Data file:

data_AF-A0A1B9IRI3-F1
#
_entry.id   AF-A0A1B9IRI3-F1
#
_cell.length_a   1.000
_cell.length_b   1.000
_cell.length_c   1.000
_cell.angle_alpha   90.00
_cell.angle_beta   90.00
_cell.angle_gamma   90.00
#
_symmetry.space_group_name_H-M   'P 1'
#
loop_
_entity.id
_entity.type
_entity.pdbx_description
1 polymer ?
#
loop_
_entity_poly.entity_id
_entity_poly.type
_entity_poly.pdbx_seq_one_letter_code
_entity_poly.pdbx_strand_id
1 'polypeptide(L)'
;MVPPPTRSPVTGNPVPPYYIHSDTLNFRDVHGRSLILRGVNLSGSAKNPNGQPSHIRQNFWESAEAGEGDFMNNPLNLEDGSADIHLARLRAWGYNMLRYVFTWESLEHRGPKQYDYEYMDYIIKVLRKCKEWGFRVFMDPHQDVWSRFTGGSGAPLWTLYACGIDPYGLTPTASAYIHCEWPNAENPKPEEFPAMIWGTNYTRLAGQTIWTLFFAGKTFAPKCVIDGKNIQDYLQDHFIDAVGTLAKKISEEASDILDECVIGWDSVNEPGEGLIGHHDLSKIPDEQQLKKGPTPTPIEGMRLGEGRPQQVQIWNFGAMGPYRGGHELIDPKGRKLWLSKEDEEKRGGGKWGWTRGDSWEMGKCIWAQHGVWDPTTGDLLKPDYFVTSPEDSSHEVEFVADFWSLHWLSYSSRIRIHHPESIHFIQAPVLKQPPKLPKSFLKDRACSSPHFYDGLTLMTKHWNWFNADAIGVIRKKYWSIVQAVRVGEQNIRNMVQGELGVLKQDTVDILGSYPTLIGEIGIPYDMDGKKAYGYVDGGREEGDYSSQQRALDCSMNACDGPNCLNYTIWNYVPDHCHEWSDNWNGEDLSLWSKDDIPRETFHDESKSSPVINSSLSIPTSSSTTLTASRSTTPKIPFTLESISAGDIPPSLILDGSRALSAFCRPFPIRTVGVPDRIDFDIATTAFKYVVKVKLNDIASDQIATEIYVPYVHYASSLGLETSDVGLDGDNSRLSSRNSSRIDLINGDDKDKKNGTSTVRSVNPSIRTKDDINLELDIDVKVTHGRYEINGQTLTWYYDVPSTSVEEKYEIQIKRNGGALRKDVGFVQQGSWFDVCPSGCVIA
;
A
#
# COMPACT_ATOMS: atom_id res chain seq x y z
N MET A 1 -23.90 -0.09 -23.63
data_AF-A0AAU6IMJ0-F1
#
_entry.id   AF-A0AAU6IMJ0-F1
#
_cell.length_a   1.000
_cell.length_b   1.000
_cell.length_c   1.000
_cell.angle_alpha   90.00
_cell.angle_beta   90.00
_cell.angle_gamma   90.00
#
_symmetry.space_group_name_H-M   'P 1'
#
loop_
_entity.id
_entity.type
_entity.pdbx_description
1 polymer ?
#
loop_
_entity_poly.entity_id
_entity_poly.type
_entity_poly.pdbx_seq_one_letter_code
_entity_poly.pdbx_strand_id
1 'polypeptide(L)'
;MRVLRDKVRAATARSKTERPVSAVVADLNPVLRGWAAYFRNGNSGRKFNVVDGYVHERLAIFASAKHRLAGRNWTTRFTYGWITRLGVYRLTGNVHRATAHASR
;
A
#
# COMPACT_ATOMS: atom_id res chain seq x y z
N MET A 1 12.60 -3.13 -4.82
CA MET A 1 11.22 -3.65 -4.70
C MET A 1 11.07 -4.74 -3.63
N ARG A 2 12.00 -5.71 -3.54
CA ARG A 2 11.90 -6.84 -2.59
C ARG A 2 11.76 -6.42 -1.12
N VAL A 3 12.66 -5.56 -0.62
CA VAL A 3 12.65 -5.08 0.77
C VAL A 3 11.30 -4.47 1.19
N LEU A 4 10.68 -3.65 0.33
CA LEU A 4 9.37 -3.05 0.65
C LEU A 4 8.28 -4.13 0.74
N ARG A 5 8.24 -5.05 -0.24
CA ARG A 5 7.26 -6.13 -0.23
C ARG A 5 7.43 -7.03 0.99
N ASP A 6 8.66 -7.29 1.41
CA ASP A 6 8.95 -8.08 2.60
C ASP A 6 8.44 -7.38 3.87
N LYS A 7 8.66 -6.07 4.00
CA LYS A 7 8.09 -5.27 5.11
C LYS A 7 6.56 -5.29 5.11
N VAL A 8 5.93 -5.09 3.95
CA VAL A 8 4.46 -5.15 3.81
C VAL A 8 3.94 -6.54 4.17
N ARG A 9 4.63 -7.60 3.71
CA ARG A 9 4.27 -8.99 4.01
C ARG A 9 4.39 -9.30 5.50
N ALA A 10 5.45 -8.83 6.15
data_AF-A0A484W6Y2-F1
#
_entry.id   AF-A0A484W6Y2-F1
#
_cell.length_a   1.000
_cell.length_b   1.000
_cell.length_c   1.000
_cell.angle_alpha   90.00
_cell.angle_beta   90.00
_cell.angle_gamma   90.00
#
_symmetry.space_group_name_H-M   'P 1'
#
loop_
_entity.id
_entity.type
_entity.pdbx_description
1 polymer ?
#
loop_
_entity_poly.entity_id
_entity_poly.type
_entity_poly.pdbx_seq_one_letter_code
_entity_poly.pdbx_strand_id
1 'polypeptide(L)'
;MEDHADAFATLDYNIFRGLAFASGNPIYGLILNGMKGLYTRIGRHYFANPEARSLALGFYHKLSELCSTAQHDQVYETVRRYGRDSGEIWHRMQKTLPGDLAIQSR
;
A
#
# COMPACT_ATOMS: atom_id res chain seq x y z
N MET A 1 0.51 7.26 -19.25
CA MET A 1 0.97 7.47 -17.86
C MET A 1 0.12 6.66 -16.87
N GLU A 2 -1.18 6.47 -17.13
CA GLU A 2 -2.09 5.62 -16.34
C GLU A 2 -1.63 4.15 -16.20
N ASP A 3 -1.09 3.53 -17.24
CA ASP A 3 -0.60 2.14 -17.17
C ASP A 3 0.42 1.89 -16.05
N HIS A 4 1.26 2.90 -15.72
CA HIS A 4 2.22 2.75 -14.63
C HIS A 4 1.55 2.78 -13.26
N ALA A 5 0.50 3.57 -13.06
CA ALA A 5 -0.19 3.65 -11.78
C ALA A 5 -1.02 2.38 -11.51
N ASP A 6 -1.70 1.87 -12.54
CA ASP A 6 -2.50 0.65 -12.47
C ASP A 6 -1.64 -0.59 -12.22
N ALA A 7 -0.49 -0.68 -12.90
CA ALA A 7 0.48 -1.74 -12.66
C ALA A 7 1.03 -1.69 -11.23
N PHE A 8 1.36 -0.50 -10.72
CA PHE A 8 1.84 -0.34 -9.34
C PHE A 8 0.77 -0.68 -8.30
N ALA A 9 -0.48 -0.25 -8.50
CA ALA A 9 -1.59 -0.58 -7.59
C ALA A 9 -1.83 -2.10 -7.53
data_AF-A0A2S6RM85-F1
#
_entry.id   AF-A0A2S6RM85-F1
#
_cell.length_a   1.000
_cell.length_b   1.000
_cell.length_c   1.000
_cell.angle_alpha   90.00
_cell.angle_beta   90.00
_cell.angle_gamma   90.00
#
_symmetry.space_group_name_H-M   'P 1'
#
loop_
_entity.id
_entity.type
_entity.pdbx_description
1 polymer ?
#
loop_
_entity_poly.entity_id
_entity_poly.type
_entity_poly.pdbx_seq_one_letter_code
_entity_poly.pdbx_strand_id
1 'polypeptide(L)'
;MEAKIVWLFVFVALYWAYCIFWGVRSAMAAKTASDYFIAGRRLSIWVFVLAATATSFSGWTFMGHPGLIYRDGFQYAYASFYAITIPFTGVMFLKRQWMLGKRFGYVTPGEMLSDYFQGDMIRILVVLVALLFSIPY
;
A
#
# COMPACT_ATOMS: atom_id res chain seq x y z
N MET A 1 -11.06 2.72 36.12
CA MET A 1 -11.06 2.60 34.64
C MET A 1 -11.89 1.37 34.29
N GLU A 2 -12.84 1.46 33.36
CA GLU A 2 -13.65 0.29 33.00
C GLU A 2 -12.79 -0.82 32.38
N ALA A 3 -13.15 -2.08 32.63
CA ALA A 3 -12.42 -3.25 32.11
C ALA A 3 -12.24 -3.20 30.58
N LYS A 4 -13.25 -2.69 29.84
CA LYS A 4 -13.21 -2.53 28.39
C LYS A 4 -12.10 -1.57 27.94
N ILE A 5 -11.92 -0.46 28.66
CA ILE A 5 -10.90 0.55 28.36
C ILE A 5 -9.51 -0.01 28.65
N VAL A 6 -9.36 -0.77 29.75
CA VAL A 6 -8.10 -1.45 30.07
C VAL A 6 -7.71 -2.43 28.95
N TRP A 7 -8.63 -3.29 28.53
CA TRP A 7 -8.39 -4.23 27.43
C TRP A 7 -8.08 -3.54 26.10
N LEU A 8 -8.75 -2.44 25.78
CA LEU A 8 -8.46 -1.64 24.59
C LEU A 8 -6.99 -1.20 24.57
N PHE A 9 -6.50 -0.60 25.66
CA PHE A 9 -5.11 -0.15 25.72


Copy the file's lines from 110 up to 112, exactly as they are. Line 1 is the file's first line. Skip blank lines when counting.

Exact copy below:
_entity_poly.entity_id
_entity_poly.type
_entity_poly.pdbx_seq_one_letter_code